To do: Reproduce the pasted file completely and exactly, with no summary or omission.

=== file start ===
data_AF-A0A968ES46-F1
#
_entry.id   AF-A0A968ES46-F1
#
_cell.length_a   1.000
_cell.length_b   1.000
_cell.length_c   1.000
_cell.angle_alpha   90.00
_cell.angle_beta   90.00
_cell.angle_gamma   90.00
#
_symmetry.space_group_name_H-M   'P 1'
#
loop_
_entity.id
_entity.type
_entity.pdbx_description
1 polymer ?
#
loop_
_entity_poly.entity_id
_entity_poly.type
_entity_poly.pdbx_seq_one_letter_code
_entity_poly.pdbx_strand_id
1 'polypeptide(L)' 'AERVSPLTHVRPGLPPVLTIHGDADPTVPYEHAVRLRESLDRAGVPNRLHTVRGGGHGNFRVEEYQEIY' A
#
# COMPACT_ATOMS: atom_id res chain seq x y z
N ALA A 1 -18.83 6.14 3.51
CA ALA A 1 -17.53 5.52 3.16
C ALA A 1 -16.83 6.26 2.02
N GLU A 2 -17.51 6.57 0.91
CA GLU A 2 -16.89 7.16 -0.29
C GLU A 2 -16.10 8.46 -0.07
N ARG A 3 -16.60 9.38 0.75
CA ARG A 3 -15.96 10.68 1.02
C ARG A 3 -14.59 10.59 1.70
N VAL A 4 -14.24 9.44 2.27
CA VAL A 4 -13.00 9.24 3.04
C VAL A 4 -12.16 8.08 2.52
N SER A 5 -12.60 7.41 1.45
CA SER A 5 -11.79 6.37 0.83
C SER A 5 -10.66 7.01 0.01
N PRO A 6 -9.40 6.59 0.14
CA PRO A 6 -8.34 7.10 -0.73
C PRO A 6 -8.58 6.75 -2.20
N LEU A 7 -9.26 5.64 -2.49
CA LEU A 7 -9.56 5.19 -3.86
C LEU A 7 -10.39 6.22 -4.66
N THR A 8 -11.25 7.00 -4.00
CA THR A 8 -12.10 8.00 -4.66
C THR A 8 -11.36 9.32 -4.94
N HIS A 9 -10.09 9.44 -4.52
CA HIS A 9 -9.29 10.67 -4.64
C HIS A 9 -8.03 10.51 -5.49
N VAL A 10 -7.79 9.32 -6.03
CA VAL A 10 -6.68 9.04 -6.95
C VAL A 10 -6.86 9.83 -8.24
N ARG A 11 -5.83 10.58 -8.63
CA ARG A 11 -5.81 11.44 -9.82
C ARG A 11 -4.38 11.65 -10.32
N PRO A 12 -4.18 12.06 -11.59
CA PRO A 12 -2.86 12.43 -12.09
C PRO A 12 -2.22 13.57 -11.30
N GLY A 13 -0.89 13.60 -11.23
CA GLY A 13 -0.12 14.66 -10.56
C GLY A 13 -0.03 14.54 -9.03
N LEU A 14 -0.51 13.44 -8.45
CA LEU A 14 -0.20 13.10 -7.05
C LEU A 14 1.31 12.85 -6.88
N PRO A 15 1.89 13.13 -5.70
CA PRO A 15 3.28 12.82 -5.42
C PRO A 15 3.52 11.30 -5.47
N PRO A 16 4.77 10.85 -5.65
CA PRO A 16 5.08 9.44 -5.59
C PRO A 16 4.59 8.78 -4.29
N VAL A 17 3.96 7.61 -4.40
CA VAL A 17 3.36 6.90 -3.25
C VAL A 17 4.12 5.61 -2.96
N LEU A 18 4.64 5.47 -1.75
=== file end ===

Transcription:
data_AF-A0A968ES46-F1
#
_entry.id   AF-A0A968ES46-F1
#
_cell.length_a   1.000
_cell.length_b   1.000
_cell.length_c   1.000
_cell.angle_alpha   90.00
_cell.angle_beta   90.00
_cell.angle_gamma   90.00
#
_symmetry.space_group_name_H-M   'P 1'
#
loop_
_entity.id
_entity.type
_entity.pdbx_description
1 polymer ?
#
loop_
_entity_poly.entity_id
_entity_poly.type
_entity_poly.pdbx_seq_one_letter_code
_entity_poly.pdbx_strand_id
1 'polypeptide(L)' 'AERVSPLTHVRPGLPPVLTIHGDADPTVPYEHAVRLRESLDRAGVPNRLHTVRGGGHGNFRVEEYQEIY' A
#
# COMPACT_ATOMS: atom_id res chain seq x y z
N ALA A 1 -18.83 6.14 3.51
CA ALA A 1 -17.53 5.52 3.16
C ALA A 1 -16.83 6.26 2.02
N GLU A 2 -17.51 6.57 0.91
CA GLU A 2 -16.89 7.16 -0.29
C GLU A 2 -16.10 8.46 -0.07
N ARG A 3 -16.60 9.38 0.75
CA ARG A 3 -15.96 10.68 1.02
C ARG A 3 -14.59 10.59 1.70
N VAL A 4 -14.24 9.44 2.27
CA VAL A 4 -13.00 9.24 3.04
C VAL A 4 -12.16 8.08 2.52
N SER A 5 -12.60 7.41 1.45
CA SER A 5 -11.79 6.37 0.83
C SER A 5 -10.66 7.01 0.01
N PRO A 6 -9.40 6.59 0.14
CA PRO A 6 -8.34 7.10 -0.73
C PRO A 6 -8.58 6.75 -2.20
N LEU A 7 -9.26 5.64 -2.49
CA LEU A 7 -9.56 5.19 -3.86
C LEU A 7 -10.39 6.22 -4.66
N THR A 8 -11.25 7.00 -4.00
CA THR A 8 -12.10 8.00 -4.66
C THR A 8 -11.36 9.32 -4.94
N HIS A 9 -10.09 9.44 -4.52
CA HIS A 9 -9.29 10.67 -4.64
C HIS A 9 -8.03 10.51 -5.49
N VAL A 10 -7.79 9.32 -6.03
CA VAL A 10 -6.68 9.04 -6.95
C VAL A 10 -6.86 9.83 -8.24
N ARG A 11 -5.83 10.58 -8.63
CA ARG A 11 -5.81 11.44 -9.82
C ARG A 11 -4.38 11.65 -10.32
N PRO A 12 -4.18 12.06 -11.59
CA PRO A 12 -2.86 12.43 -12.09
C PRO A 12 -2.22 13.57 -11.30
N GLY A 13 -0.89 13.60 -11.23
CA GLY A 13 -0.12 14.66 -10.56
C GLY A 13 -0.03 14.54 -9.03
N LEU A 14 -0.51 13.44 -8.45
CA LEU A 14 -0.20 13.10 -7.05
C LEU A 14 1.31 12.85 -6.88
N PRO A 15 1.89 13.13 -5.70
CA PRO A 15 3.28 12.82 -5.42
C PRO A 15 3.52 11.30 -5.47
N PRO A 16 4.77 10.85 -5.65
CA PRO A 16 5.08 9.44 -5.59
C PRO A 16 4.59 8.78 -4.29
N VAL A 17 3.96 7.61 -4.40
CA VAL A 17 3.36 6.90 -3.25
C VAL A 17 4.12 5.61 -2.96
N LEU A 18 4.64 5.47 -1.75